I'd go with your theory that he's terrified of losing, or even just not defeating your nasty jiu jitsu skills. Honestly though, it doesn't matter.

    Have you ever tried asking him to go light? That's helped me with a couple guys.

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  2. I read this a while ago

    http://www.eurekalert.org/pub_releases/2011-05/afps-tie050211.php

    It may explain why guys can be alright training with other men, but then not so good when training with a woman.

    If you think you're going to get hurt when training with him, don't. It's not worth it. Either say no thank you to him or if you can't do that talk to your instructor.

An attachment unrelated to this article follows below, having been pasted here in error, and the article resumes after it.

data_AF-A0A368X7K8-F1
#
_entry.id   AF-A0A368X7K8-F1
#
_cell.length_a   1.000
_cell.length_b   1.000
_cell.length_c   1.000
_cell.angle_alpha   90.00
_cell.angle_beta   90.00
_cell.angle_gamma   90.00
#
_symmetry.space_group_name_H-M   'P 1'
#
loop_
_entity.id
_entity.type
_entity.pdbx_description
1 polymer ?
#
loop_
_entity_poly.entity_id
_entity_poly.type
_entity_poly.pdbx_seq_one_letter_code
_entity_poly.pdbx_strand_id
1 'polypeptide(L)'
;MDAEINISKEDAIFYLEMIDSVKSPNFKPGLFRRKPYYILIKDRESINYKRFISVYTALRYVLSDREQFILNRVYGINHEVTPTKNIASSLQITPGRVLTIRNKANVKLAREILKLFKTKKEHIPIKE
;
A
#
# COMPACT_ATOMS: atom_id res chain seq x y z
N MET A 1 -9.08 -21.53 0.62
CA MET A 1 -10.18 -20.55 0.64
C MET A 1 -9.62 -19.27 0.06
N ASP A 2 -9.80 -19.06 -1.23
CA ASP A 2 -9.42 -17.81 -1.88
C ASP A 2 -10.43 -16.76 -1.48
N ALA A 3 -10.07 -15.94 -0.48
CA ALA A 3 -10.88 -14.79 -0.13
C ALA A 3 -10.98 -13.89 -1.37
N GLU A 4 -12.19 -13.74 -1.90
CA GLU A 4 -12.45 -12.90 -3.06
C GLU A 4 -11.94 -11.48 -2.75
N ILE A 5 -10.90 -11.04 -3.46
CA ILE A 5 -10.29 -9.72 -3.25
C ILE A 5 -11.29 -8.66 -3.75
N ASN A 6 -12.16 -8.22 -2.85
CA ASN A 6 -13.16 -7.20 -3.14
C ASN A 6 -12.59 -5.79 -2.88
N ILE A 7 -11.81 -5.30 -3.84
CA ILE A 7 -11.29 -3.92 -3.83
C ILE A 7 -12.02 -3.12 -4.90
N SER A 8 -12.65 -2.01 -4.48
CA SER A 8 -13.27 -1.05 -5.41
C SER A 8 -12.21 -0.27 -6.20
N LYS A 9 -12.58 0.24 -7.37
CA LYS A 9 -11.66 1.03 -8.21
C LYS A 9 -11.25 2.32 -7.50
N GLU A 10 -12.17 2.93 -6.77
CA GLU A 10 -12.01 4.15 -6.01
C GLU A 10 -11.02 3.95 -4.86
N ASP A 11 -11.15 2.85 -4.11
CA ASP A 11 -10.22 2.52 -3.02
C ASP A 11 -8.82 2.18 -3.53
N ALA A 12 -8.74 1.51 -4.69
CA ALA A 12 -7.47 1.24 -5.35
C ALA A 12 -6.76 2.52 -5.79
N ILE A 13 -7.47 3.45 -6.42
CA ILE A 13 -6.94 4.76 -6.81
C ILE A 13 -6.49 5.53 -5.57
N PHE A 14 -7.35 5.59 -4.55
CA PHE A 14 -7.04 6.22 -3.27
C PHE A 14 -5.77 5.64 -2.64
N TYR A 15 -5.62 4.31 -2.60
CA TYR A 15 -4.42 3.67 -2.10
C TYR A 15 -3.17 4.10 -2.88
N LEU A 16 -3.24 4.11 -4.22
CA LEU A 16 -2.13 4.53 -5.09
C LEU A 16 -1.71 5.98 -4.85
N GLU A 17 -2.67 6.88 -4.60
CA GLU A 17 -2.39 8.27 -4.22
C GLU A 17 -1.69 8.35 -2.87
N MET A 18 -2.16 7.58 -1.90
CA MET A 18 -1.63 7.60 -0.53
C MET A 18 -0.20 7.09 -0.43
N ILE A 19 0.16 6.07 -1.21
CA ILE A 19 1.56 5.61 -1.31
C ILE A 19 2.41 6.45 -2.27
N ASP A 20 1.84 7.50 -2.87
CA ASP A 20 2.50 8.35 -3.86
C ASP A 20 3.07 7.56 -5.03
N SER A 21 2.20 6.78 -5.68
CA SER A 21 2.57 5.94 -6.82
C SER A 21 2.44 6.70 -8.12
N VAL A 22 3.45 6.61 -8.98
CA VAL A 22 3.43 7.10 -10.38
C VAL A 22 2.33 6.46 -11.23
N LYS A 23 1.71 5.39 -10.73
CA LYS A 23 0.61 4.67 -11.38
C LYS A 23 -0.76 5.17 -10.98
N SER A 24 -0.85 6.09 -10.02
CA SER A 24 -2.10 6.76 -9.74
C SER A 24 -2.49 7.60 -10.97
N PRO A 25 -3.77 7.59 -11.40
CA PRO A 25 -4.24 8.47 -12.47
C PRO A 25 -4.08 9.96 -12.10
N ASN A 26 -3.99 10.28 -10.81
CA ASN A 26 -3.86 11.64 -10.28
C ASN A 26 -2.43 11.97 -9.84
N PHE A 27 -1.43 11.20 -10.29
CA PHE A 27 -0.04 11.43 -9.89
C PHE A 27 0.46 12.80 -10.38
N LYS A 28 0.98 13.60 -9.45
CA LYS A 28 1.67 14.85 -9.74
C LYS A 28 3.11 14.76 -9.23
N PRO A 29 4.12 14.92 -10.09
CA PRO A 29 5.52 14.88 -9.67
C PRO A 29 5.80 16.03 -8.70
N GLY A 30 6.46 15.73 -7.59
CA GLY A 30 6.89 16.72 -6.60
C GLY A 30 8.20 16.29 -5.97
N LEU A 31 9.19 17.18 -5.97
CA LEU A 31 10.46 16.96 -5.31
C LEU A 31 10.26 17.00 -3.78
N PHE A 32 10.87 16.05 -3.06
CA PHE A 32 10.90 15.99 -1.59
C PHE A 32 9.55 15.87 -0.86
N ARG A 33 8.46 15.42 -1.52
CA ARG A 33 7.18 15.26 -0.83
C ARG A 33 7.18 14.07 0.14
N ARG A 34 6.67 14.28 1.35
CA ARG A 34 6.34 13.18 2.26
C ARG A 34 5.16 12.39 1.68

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  3. @ Megan: I haven't been able to wear the b-n-b. I keep cutting it down; it gags me. How do the guys you ask to "go lightly" react? Do they automatically do it? Do you have to keep asking them? Do they wonder why you don't ask the other dudes to go light?

    @ Laura: What a great study! That makes total sense. The part where it showed how both guys and girls attributed the woman's punch to immaturity, but guys attributed the man's punch to provocation is especially interesting. So, waht do we do with this information as we roll with guys?

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  4. What I think this information means is that new guys are dangerous because they feel that they are judged by the other guys in class to be less macho if they are 'beaten' by a woman. Hopefully after a guy has been training long enough they will realize that no one is judging them for 'losing' to a woman. But, that only works if the attitude of the gym is inclusive and women are seen as part of the team.